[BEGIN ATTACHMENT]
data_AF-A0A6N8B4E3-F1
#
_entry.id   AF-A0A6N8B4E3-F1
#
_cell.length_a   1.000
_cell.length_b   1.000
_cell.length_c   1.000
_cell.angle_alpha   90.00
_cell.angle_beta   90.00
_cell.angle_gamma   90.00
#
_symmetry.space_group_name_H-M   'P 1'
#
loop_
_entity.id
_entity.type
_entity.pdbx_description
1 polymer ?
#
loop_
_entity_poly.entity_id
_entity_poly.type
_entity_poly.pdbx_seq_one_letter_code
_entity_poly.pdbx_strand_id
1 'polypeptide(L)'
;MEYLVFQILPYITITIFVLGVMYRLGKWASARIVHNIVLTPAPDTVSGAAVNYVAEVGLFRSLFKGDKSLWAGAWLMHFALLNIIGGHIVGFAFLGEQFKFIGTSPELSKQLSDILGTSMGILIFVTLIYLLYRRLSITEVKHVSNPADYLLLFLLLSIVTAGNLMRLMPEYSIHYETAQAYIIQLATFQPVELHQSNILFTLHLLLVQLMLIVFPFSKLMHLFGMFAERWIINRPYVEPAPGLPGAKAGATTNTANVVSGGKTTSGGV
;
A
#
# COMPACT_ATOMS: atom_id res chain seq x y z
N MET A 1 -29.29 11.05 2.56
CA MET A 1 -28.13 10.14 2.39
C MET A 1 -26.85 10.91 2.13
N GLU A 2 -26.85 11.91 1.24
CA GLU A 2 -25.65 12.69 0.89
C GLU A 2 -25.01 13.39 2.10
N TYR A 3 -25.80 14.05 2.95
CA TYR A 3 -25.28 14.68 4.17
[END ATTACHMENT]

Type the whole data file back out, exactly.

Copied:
data_AF-A0A6N8B4E3-F1
#
_entry.id   AF-A0A6N8B4E3-F1
#
_cell.length_a   1.000
_cell.length_b   1.000
_cell.length_c   1.000
_cell.angle_alpha   90.00
_cell.angle_beta   90.00
_cell.angle_gamma   90.00
#
_symmetry.space_group_name_H-M   'P 1'
#
loop_
_entity.id
_entity.type
_entity.pdbx_description
1 polymer ?
#
loop_
_entity_poly.entity_id
_entity_poly.type
_entity_poly.pdbx_seq_one_letter_code
_entity_poly.pdbx_strand_id
1 'polypeptide(L)'
;MEYLVFQILPYITITIFVLGVMYRLGKWASARIVHNIVLTPAPDTVSGAAVNYVAEVGLFRSLFKGDKSLWAGAWLMHFALLNIIGGHIVGFAFLGEQFKFIGTSPELSKQLSDILGTSMGILIFVTLIYLLYRRLSITEVKHVSNPADYLLLFLLLSIVTAGNLMRLMPEYSIHYETAQAYIIQLATFQPVELHQSNILFTLHLLLVQLMLIVFPFSKLMHLFGMFAERWIINRPYVEPAPGLPGAKAGATTNTANVVSGGKTTSGGV
;
A
#
# COMPACT_ATOMS: atom_id res chain seq x y z
N MET A 1 -29.29 11.05 2.56
CA MET A 1 -28.13 10.14 2.39
C MET A 1 -26.85 10.91 2.13
N GLU A 2 -26.85 11.91 1.24
CA GLU A 2 -25.65 12.69 0.89
C GLU A 2 -25.01 13.39 2.10
N TYR A 3 -25.80 14.05 2.95
CA TYR A 3 -25.28 14.68 4.17